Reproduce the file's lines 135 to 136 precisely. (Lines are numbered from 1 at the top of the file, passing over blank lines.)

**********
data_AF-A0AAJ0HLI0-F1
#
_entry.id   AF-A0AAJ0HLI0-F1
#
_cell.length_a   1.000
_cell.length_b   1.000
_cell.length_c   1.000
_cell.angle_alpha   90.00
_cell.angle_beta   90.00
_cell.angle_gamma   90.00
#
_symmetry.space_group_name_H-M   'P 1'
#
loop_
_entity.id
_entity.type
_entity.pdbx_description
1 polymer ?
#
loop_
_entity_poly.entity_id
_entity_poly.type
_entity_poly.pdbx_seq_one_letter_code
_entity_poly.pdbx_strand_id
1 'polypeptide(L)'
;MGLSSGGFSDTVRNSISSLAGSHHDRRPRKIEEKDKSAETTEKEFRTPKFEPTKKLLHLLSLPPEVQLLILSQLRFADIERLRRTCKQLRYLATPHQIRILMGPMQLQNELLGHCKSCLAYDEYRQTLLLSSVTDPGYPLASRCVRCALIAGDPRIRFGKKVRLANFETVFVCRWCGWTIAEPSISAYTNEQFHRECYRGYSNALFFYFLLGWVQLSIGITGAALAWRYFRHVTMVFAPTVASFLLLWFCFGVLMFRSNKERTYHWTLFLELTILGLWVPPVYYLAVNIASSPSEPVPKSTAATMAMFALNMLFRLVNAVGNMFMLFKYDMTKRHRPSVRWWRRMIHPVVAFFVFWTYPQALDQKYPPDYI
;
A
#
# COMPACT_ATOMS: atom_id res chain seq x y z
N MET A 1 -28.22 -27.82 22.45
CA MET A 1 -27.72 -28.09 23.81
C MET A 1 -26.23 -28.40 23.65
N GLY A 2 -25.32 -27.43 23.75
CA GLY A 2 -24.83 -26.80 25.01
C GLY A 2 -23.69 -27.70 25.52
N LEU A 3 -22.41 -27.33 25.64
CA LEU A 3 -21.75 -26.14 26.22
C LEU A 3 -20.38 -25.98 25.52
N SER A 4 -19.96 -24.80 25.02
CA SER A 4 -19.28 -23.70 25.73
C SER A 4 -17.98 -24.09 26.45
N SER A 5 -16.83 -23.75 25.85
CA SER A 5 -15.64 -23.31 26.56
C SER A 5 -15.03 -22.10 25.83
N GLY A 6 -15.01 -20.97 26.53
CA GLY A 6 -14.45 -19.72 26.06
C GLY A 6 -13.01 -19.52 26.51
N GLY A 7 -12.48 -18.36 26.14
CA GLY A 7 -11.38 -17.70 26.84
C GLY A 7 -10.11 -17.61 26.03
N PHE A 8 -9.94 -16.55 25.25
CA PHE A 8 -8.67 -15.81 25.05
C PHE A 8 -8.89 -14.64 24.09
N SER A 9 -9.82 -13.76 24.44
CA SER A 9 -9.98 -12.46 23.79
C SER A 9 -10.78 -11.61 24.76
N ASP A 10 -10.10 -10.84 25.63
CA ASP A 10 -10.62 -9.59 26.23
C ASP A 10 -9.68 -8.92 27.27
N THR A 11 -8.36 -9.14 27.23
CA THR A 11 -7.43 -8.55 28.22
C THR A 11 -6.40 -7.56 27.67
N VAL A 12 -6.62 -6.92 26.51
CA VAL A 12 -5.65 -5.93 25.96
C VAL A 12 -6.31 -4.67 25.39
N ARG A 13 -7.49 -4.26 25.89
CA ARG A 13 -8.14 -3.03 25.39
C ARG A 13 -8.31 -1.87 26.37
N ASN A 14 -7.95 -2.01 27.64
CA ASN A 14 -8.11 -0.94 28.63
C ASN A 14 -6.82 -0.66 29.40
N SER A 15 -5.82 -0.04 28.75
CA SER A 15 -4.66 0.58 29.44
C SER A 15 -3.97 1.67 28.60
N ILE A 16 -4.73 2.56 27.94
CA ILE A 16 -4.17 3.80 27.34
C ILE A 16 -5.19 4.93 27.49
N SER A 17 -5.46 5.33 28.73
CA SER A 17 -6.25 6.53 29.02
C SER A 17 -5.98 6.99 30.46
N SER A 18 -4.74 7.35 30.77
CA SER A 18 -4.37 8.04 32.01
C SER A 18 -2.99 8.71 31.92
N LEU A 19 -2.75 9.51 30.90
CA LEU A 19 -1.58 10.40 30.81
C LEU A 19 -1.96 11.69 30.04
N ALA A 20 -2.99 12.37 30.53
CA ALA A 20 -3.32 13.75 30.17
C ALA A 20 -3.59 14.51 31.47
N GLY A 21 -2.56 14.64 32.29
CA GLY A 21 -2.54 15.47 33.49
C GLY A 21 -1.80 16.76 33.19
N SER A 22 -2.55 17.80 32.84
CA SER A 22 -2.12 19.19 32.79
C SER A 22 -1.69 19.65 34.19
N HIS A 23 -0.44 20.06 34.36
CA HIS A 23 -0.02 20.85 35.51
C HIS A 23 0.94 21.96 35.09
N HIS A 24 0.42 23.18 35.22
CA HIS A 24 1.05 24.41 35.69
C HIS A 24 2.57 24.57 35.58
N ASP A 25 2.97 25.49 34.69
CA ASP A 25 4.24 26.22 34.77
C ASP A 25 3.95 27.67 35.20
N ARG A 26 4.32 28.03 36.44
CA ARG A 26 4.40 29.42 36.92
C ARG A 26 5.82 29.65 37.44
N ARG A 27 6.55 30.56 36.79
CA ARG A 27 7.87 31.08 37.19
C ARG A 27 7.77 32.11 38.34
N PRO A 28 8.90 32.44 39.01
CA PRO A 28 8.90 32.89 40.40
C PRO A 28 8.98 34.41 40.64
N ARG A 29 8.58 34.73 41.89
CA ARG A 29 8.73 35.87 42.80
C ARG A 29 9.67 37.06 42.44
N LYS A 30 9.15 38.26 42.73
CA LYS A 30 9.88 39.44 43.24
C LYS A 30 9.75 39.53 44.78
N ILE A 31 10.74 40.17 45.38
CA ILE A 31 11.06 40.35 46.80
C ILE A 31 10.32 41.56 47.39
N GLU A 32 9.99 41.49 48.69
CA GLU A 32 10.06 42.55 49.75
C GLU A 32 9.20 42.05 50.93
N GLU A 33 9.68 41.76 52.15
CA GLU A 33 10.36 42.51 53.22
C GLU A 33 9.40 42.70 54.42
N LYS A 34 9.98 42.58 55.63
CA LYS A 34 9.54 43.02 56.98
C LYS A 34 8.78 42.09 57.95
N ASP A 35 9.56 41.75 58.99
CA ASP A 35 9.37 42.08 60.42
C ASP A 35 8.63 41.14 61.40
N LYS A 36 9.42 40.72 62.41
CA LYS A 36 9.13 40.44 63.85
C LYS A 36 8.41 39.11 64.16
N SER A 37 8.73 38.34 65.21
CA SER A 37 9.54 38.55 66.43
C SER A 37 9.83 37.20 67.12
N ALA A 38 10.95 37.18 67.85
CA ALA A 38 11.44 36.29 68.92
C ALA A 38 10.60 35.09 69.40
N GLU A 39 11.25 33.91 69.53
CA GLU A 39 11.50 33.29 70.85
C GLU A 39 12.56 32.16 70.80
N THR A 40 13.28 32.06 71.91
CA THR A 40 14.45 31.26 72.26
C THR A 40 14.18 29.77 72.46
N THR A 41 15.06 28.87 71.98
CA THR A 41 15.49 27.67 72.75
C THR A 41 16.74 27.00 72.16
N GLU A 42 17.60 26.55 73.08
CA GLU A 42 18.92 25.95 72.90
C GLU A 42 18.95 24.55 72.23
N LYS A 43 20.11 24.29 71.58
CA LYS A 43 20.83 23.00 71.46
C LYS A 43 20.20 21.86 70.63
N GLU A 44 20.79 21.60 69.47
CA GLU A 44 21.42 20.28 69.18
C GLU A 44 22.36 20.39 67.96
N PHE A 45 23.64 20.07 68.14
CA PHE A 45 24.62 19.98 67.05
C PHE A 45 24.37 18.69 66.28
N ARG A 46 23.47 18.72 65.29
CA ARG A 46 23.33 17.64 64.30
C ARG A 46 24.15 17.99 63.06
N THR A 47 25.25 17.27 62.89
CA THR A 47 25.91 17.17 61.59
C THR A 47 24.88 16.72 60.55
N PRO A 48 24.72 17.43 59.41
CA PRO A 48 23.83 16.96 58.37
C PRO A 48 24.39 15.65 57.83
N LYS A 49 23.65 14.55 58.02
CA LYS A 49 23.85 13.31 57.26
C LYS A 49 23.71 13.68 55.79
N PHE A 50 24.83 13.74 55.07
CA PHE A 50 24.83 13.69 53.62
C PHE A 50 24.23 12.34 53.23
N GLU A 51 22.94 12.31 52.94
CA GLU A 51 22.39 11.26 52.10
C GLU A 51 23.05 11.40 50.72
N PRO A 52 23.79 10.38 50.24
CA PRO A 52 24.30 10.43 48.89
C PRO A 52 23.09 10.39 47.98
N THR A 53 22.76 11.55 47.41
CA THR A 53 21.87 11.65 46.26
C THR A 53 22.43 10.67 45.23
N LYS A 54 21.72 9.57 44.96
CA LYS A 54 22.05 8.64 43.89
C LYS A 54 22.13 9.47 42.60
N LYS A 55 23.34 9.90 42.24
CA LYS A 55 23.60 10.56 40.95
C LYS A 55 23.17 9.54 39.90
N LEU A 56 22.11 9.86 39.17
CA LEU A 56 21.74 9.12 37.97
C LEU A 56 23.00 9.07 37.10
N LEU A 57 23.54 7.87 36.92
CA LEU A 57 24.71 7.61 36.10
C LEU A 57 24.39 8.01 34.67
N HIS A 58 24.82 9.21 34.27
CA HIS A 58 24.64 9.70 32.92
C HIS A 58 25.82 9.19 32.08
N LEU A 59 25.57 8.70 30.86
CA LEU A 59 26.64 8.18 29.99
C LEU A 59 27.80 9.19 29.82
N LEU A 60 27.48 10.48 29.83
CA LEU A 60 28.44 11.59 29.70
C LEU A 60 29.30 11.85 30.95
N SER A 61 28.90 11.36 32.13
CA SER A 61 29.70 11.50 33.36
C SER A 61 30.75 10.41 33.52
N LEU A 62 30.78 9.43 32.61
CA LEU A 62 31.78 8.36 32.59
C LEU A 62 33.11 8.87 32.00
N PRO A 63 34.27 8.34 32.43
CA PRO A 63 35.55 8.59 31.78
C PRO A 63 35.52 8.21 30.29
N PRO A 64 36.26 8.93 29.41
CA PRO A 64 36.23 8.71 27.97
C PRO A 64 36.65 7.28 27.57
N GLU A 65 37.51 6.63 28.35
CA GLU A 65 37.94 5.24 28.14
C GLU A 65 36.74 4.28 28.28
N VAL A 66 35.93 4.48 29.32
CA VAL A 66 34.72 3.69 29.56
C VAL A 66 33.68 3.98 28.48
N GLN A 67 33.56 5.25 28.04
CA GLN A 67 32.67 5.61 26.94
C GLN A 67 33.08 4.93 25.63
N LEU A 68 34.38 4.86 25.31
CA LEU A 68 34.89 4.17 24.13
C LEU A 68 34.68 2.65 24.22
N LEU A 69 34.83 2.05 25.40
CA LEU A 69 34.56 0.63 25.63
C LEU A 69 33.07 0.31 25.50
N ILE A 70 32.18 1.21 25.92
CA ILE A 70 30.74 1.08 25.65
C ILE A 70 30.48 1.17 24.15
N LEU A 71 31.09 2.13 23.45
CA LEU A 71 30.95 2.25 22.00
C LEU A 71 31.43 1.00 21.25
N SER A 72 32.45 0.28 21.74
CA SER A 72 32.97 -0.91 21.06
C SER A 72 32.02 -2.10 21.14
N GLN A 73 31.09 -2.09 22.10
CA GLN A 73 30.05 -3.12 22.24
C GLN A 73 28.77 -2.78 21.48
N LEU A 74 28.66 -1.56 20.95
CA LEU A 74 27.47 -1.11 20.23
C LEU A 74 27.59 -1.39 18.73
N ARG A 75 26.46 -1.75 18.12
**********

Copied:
C ASP A 35 8.63 41.14 61.40
N LYS A 36 9.42 40.72 62.41